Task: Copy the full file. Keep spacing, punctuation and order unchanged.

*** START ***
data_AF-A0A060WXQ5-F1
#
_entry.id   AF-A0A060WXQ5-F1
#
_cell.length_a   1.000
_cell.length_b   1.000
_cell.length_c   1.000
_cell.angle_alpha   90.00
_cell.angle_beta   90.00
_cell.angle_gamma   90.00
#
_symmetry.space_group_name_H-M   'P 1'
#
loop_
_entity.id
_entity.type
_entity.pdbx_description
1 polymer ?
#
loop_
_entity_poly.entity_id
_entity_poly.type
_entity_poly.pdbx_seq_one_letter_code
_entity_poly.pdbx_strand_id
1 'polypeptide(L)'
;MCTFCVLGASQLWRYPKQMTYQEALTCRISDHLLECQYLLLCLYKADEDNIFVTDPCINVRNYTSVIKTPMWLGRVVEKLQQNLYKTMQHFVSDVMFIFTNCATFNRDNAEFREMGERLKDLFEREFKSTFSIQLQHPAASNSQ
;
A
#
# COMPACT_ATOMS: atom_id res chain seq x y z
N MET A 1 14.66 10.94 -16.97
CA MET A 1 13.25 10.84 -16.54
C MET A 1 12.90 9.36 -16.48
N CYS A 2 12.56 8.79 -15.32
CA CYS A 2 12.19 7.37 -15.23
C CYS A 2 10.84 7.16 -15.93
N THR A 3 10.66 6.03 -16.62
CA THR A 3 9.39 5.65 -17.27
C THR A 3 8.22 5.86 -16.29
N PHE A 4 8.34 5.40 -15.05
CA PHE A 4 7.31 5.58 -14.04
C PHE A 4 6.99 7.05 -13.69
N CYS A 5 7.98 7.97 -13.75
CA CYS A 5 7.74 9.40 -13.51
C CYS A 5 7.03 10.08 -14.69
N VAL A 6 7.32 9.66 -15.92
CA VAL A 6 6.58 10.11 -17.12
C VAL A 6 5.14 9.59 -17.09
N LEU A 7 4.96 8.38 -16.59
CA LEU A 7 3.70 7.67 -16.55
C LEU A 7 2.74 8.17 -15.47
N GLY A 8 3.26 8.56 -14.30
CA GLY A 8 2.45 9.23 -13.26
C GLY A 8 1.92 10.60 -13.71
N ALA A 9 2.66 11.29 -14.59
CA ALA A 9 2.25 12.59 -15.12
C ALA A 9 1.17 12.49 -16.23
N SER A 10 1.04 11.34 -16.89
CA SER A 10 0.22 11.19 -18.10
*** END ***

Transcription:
data_AF-A0A060WXQ5-F1
#
_entry.id   AF-A0A060WXQ5-F1
#
_cell.length_a   1.000
_cell.length_b   1.000
_cell.length_c   1.000
_cell.angle_alpha   90.00
_cell.angle_beta   90.00
_cell.angle_gamma   90.00
#
_symmetry.space_group_name_H-M   'P 1'
#
loop_
_entity.id
_entity.type
_entity.pdbx_description
1 polymer ?
#
loop_
_entity_poly.entity_id
_entity_poly.type
_entity_poly.pdbx_seq_one_letter_code
_entity_poly.pdbx_strand_id
1 'polypeptide(L)'
;MCTFCVLGASQLWRYPKQMTYQEALTCRISDHLLECQYLLLCLYKADEDNIFVTDPCINVRNYTSVIKTPMWLGRVVEKLQQNLYKTMQHFVSDVMFIFTNCATFNRDNAEFREMGERLKDLFEREFKSTFSIQLQHPAASNSQ
;
A
#
# COMPACT_ATOMS: atom_id res chain seq x y z
N MET A 1 14.66 10.94 -16.97
CA MET A 1 13.25 10.84 -16.54
C MET A 1 12.90 9.36 -16.48
N CYS A 2 12.56 8.79 -15.32
CA CYS A 2 12.19 7.37 -15.23
C CYS A 2 10.84 7.16 -15.93
N THR A 3 10.66 6.03 -16.62
CA THR A 3 9.39 5.65 -17.27
C THR A 3 8.22 5.86 -16.29
N PHE A 4 8.34 5.40 -15.05
CA PHE A 4 7.31 5.58 -14.04
C PHE A 4 6.99 7.05 -13.69
N CYS A 5 7.98 7.97 -13.75
CA CYS A 5 7.74 9.40 -13.51
C CYS A 5 7.03 10.08 -14.69
N VAL A 6 7.32 9.66 -15.92
CA VAL A 6 6.58 10.11 -17.12
C VAL A 6 5.14 9.59 -17.09
N LEU A 7 4.96 8.38 -16.59
CA LEU A 7 3.70 7.67 -16.55
C LEU A 7 2.74 8.17 -15.47
N GLY A 8 3.26 8.56 -14.30
CA GLY A 8 2.45 9.23 -13.26
C GLY A 8 1.92 10.60 -13.71
N ALA A 9 2.66 11.29 -14.59
CA ALA A 9 2.25 12.59 -15.12
C ALA A 9 1.17 12.49 -16.23
N SER A 10 1.04 11.34 -16.89
CA SER A 10 0.22 11.19 -18.10